Such prayers understandably emerge often from the circumstances of our acute suffering. If that’s the case, pray those prayers. God will sort it all out. But purely self-centered prayers can also come from our lesser angels, for we enter into the life of faith with many mixed motivations informed by the old, sinful Adam in us. We sinners are prone to a tit for tat kind of spirituality driven by what faith in God can do for us.
Again, let’s be honest with ourselves – some of what motivates our church attendance has a lot to do with our expectations of what we personally might get out of being here.
Pastors are not exempt from this dynamic. In fact, pastors might be more prone to self-serving professional motives than many. Given our fallen state, we enter into pastoral ministry and other forms of leadership in the church in part so that we can be personally fed and egotistically puffed up in one way or another. Religious leadership is very seductive in these ways and can attract a lot of the wrong people for the wrong reasons.
Which brings us back to James and John, among the circle of the closest disciples and leaders. Jesus asked the sons of thunder what they wanted. Again, they were shamelessly honest and asked something over the top in keeping with their nickname. “Grant us to sit, one at your right hand and one at your left, in your glory.”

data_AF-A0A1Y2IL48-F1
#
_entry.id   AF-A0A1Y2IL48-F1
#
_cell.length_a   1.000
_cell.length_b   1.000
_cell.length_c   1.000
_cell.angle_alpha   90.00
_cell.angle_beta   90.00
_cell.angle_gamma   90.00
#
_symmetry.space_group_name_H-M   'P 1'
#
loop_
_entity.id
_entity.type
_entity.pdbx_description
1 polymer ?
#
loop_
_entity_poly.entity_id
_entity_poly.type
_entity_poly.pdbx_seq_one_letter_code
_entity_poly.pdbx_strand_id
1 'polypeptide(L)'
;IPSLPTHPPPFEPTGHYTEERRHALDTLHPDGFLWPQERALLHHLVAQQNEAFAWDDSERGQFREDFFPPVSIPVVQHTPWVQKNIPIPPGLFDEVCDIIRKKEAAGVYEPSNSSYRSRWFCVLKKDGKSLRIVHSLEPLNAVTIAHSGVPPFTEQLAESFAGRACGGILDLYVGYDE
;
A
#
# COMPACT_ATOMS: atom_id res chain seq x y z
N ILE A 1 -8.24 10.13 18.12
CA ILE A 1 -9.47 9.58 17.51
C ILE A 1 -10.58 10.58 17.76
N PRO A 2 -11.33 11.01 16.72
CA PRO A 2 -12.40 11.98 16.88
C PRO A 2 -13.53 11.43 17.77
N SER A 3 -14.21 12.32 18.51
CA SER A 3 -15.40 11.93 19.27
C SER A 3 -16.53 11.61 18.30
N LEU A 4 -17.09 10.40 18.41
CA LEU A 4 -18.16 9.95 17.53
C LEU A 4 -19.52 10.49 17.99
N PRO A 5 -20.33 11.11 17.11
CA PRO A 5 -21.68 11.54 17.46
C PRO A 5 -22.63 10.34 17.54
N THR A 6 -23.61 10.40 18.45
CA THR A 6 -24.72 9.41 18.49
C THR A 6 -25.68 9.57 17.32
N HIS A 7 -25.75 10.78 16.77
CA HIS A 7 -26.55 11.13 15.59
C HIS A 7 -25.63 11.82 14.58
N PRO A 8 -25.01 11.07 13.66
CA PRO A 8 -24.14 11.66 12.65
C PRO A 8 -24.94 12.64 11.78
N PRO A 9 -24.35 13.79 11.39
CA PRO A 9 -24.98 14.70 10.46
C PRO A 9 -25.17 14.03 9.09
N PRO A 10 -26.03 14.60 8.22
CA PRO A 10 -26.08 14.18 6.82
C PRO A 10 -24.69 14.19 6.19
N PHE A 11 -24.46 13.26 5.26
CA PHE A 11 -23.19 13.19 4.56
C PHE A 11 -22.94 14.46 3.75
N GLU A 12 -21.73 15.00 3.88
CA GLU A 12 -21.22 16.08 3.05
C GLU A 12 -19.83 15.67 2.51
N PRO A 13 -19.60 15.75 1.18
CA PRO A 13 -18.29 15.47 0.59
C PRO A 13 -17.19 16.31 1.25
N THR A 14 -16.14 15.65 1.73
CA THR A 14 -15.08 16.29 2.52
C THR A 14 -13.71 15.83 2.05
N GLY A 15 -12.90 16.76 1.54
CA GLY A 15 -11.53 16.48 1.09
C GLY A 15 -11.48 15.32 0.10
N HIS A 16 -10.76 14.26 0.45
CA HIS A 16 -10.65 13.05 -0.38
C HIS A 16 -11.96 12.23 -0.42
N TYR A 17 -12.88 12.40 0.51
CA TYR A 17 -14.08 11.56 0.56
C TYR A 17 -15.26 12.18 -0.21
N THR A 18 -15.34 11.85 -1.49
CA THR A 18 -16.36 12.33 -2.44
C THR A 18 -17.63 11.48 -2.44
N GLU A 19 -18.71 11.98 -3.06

That’s quite a request indeed, again revealing the glory seeking that is often behind the motivations to go into public religious leadership.
Jesus was also shamelessly honest in his reply to James and John: “You do not know what you are asking.” Jesus then basically asked them in response: are you able to suffer the things that I am about to suffer?
James and John offered an impetuous, unthinking response: “We are able.”
Jesus then prophetically responds in essence, yes, they’ll undergo suffering in Jesus’ name, but it’s still not Jesus’ authority to grant them to sit at his right or left in glory.
This whole exchange provoked the ire of the other ten disciples who took offense at James’ and John’s pompous request.
In response, Jesus then claimed another occasion to teach the disciples. He said, “You know that among the Gentiles those whom they recognize as their rulers are domineering and lord it over them, and their great ones are tyrants over them.”
Gentile rulers, namely the Roman emperors and their governors, were indeed ruthless in their exercise of raw power. They were truly tyrants. Jewish people in Jesus’ day knew this full well from their communal first-hand experience under Roman imperial oppression. Jesus knew tyrannical rule from his time on the cross, a tool of deadly humiliation by those in power.
We’ve seen tyrants throughout human history. And it’s shocking to me today to see how many people in populist, nationalist movements are attracted to authoritarian leaders, so-called strongmen – and yes, they are almost always men….
Jesus, of course, teaches about a different way of leadership. In contrast to the Gentile rulers lording it over their subjects as tyrants, Jesus says, “But it is not so among you; but whoever wishes to become great among you must be your servant, and whoever wishes to be first among you must be slave of all.”